Leeds were one of the biggest clubs in England at the time, but a disappointing campaign in 2003/04 would see them relegated from the top flight—and they are yet to return.
It took Milner just five games to score his first goal for the club and it was a record-breaking feat as, at just 16 years and 356 days, he became the Premier League‘s youngest ever goalscorer.
Fourteen years later, Milner witnessed team-mate Woodburn sprint away in elation after scoring Liverpool’s second goal of the night to become the latest player to etch his name into the record books.
After scoring his first goal in the 2-1 victory against Sunderland on Boxing Day, it took just 48 hours for Milner to net another.
The young winger showed composure and tenacity as he skipped over a challenge from Marcel Desailly and curled a wonderful strike into Chelsea‘s net, securing a 2-0 victory at Elland Road.
Milner had just humiliated a World Cup winner in only his sixth senior appearance, but he remained as humble as he has done throughout his career.
“He was a little spotty-faced kid who had a lot of energy,” said former Leeds team-mate Michael Duberry.
“He was a good crosser of the ball, he was fast and he kept his head down. You noticed him on the pitch but you didn’t really notice him off it.
“He wasn’t a flash kid. He just wanted to play football.”
The Leeds star went on to make 22 appearances throughout the 2002/03 season and would go on to become one of the club’s best players during a brief two-year career with the first team.
Milner had come through the Leeds academy and made a rapid rise to the senior squad, but his quality was evident so early on that it was difficult to pry away interest from other clubs when they were relegated.
Newcastle came hunting and they eventually signed the winger for £3.6 million, which was a considerable amount at that time for a teenager.
Early signs would suggest Milner would go on to enjoy a fruitful career and when he was named in the Liverpool squad to face Leeds on Tuesday evening, the extent of his achievements were clearly evident.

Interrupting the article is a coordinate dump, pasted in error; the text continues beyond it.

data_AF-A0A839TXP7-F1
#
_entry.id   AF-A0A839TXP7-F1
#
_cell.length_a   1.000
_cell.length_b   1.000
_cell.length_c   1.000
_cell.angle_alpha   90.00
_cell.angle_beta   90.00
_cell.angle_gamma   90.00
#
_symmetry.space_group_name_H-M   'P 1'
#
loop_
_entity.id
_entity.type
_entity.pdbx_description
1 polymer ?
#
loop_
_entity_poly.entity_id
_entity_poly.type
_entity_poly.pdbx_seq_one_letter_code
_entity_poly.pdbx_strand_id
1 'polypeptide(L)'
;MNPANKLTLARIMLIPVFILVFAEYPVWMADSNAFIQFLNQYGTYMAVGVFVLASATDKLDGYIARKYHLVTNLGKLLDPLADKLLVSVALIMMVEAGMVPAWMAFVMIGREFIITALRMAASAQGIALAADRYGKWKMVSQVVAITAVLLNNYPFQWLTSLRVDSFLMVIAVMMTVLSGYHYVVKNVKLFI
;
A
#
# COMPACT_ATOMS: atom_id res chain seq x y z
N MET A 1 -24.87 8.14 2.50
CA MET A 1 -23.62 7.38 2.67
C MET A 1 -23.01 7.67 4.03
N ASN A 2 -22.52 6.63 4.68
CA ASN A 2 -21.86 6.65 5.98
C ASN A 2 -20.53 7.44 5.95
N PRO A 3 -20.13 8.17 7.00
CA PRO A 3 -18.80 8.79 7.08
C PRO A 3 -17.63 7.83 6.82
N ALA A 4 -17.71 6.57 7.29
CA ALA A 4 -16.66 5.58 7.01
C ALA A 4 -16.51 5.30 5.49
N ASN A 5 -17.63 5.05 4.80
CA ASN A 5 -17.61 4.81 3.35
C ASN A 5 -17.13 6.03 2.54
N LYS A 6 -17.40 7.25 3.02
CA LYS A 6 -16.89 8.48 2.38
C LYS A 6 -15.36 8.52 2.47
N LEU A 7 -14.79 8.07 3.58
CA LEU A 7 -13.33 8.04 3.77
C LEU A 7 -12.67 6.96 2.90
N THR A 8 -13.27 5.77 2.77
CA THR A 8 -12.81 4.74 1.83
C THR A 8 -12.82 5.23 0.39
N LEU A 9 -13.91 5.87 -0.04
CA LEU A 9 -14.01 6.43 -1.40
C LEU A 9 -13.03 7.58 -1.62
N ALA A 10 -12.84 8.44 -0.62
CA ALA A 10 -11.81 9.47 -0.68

The 30-year-old is now the Reds’ vice-captain and is in line to challenge for his third league title after hanging up his boots on the international stage.
Unlike his debut for Leeds, where the winger came on with a licence to attack and create, Milner’s task was to retain Liverpool’s lead.
He has become accustomed to such roles during his lengthy career and his versatility and reliability have made him one of the most trusted players in England.
This season Milner has been thrust into the left-back role in a shrewd move by Jurgen Klopp and he has developed into one of Liverpool’s most important players.
At full-back, he adds consistency and leadership to a back four growing in pedigree with each game but he has still managed to score goals, netting five penalties already this season.
The Premier League champion joined Liverpool in the summer of 2015 on a free transfer, and has gone on to make 58 appearances in all competitions.
Milner’s career has developed in a direction most would not have foreseen because he has been utilised in so many positions.
However, his revitalised position at left-back suggests there are still more chapters yet to be written in his hugely successful career.
When Milner came on to the pitch to face his boyhood club on Tuesday evening, it was clear to see the impressive steps he has made over the years.
It was also fitting Milner announced his presence in the game just moments after Woodburn created history in the same way he had done himself 14 years ago.